Alfred Prufrock" is an extraordinary masterpiece by T. Eliot may possibly give us the essence of twenty-first century poetry. Through the "Love Song," Eliot expresses exuberant writing technique via random comments deposited together. Certainly much of what he writes is unrecognizably queer, but it is all emphatically amusing. One cannot pretend to follow the drift of "The Love Song of J. Alfred Prufrock," however every aspect woven together reveals the direct message.
"The Love Song of J. Alfred Prufrock" is a lovely piece of poetry written to describe a young man's attempt to find a common point with his date. The sentences are not at all lengthy. The verbiage might be somewhere around the lower collegiate level with understandable confusion. The stanzas hold no structure rather that the dawning and closure of each thought. This poem is composed in blank verse.
Eliot is one of those clever men who find it amusing to pull the leg of a temperate reader. Rather than simply stating that two young people are out on their first date, Eliot finds the most roundabout way to explain just that. As the poem progresses, Eliot has the male counterpart rambling about while the female seems to show no interest. The young man expresses thought on a variety of themes, ranging from his appearance to classic literature to death. At the conclusion of the poem, it is distinct that the lady has exhaustively lost interest in her engagement.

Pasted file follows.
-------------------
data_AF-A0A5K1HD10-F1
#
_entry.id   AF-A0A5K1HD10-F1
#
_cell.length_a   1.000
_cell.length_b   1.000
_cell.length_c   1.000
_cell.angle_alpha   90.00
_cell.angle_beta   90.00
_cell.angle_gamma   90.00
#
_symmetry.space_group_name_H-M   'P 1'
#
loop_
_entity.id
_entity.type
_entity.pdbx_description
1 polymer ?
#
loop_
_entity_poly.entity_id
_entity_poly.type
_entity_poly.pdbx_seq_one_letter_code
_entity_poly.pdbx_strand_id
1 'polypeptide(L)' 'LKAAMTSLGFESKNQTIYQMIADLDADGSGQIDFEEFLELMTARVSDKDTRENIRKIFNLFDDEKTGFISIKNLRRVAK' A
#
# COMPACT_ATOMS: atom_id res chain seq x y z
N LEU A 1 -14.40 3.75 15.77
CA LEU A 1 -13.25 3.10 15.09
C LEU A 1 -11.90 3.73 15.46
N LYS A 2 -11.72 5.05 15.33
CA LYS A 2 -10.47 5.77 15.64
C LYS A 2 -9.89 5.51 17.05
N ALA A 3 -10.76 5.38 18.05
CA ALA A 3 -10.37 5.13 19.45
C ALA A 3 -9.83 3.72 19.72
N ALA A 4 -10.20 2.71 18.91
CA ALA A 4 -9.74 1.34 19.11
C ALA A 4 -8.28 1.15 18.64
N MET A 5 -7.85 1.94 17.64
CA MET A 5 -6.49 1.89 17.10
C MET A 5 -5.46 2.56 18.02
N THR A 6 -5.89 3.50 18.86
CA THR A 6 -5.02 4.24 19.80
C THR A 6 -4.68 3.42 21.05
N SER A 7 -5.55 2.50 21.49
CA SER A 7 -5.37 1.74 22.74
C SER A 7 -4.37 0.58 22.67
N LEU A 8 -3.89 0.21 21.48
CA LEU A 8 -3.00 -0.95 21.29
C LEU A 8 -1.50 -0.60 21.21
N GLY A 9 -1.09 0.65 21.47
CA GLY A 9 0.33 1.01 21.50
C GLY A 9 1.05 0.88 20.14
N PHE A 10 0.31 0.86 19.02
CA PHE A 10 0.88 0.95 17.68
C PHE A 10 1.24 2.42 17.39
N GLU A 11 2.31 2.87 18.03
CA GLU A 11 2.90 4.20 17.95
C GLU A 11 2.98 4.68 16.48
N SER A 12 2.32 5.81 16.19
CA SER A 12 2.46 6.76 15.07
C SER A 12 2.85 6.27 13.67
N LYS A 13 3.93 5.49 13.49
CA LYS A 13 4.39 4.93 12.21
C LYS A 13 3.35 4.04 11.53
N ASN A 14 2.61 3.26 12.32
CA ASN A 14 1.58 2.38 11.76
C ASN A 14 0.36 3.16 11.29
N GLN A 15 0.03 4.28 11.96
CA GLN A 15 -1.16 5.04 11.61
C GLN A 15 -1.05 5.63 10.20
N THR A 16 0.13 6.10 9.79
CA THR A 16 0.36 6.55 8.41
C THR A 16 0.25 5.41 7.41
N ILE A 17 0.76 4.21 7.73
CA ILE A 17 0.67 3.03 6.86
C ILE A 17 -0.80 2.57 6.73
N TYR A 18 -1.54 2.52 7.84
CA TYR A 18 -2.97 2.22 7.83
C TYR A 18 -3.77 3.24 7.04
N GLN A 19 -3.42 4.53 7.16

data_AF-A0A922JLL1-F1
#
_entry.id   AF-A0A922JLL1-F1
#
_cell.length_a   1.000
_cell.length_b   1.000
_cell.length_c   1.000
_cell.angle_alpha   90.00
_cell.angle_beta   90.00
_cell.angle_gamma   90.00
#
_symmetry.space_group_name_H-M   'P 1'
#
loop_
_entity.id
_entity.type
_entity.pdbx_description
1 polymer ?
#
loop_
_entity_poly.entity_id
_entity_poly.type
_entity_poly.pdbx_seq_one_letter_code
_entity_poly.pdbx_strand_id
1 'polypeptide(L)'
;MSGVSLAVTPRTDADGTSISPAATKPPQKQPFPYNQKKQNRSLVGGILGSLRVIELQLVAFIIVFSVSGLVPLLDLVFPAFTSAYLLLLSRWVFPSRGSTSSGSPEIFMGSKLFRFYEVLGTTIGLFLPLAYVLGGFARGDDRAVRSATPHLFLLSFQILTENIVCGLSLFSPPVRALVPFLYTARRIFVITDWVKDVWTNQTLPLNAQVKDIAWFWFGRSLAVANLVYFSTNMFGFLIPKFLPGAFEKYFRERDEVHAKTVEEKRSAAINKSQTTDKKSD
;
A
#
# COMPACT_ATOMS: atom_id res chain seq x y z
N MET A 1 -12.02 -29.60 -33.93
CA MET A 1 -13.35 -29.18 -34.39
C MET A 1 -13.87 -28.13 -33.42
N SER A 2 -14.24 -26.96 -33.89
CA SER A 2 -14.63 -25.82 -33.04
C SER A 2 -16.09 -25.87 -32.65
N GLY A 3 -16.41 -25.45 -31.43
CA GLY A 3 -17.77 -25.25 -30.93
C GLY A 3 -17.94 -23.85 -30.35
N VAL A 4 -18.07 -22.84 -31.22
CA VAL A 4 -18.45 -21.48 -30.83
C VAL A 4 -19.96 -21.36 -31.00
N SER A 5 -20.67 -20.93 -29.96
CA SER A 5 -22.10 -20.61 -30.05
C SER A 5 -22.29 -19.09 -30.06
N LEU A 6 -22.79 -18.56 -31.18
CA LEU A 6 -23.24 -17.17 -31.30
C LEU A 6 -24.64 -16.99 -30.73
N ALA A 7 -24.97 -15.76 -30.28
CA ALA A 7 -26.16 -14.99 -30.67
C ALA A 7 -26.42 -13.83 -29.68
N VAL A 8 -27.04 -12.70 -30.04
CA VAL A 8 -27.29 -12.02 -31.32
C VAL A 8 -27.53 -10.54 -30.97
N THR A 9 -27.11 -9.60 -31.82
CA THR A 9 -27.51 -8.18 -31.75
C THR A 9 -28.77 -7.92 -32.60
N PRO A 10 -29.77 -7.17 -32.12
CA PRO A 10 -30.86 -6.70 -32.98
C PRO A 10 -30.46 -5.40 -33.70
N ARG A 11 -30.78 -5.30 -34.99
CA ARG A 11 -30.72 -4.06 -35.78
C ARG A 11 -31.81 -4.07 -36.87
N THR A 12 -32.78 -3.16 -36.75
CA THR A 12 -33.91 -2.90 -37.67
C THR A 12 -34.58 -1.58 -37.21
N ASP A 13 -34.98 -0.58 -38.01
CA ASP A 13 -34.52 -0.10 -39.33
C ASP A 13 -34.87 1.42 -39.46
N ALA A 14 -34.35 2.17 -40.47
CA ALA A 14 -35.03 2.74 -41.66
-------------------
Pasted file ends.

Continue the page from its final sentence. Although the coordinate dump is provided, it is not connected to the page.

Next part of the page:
Through the "Love Song," one might get the impression that all first dates go bad. However, the theme of this poem is that finding a point of joint concern might not always transpire in a fresh relationship. This could also be an explanation on how not to go about a first date. "The Love Song of J. Alfred Prufrock" explained the turmoil around courting in the early twentieth century. As in the day it was written the "Love Song" also has an effect on the "clicking" of an uncontaminated couple.